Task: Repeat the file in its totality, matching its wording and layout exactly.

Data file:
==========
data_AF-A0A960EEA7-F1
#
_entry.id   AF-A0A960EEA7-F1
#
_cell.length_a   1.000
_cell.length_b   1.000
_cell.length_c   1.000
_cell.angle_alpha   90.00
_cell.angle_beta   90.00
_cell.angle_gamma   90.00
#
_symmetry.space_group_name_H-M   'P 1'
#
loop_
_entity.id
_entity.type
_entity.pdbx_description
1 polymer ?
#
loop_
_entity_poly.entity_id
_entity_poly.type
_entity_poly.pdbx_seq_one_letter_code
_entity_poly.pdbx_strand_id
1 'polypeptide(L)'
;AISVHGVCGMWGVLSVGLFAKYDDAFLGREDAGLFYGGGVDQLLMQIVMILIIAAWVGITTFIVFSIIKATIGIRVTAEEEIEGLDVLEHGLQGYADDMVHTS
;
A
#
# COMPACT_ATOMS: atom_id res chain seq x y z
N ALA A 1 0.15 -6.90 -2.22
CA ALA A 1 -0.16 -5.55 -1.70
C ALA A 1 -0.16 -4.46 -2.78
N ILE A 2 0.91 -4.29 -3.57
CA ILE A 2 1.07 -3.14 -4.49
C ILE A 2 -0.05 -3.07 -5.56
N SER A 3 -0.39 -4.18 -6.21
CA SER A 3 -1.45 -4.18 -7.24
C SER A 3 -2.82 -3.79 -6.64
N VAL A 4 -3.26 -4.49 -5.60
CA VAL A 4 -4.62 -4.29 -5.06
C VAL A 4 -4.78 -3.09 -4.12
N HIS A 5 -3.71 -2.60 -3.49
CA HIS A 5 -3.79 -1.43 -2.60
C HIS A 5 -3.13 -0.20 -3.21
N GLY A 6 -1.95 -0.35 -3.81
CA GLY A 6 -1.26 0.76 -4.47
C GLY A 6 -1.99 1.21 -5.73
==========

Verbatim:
data_AF-A0A960EEA7-F1
#
_entry.id   AF-A0A960EEA7-F1
#
_cell.length_a   1.000
_cell.length_b   1.000
_cell.length_c   1.000
_cell.angle_alpha   90.00
_cell.angle_beta   90.00
_cell.angle_gamma   90.00
#
_symmetry.space_group_name_H-M   'P 1'
#
loop_
_entity.id
_entity.type
_entity.pdbx_description
1 polymer ?
#
loop_
_entity_poly.entity_id
_entity_poly.type
_entity_poly.pdbx_seq_one_letter_code
_entity_poly.pdbx_strand_id
1 'polypeptide(L)'
;AISVHGVCGMWGVLSVGLFAKYDDAFLGREDAGLFYGGGVDQLLMQIVMILIIAAWVGITTFIVFSIIKATIGIRVTAEEEIEGLDVLEHGLQGYADDMVHTS
;
A
#
# COMPACT_ATOMS: atom_id res chain seq x y z
N ALA A 1 0.15 -6.90 -2.22
CA ALA A 1 -0.16 -5.55 -1.70
C ALA A 1 -0.16 -4.46 -2.78
N ILE A 2 0.91 -4.29 -3.57
CA ILE A 2 1.07 -3.14 -4.49
C ILE A 2 -0.05 -3.07 -5.56
N SER A 3 -0.39 -4.18 -6.21
CA SER A 3 -1.45 -4.18 -7.24
C SER A 3 -2.82 -3.79 -6.64
N VAL A 4 -3.26 -4.49 -5.60
CA VAL A 4 -4.62 -4.29 -5.06
C VAL A 4 -4.78 -3.09 -4.12
N HIS A 5 -3.71 -2.60 -3.49
CA HIS A 5 -3.79 -1.43 -2.60
C HIS A 5 -3.13 -0.20 -3.21
N GLY A 6 -1.95 -0.35 -3.81
CA GLY A 6 -1.26 0.76 -4.47
C GLY A 6 -1.99 1.21 -5.73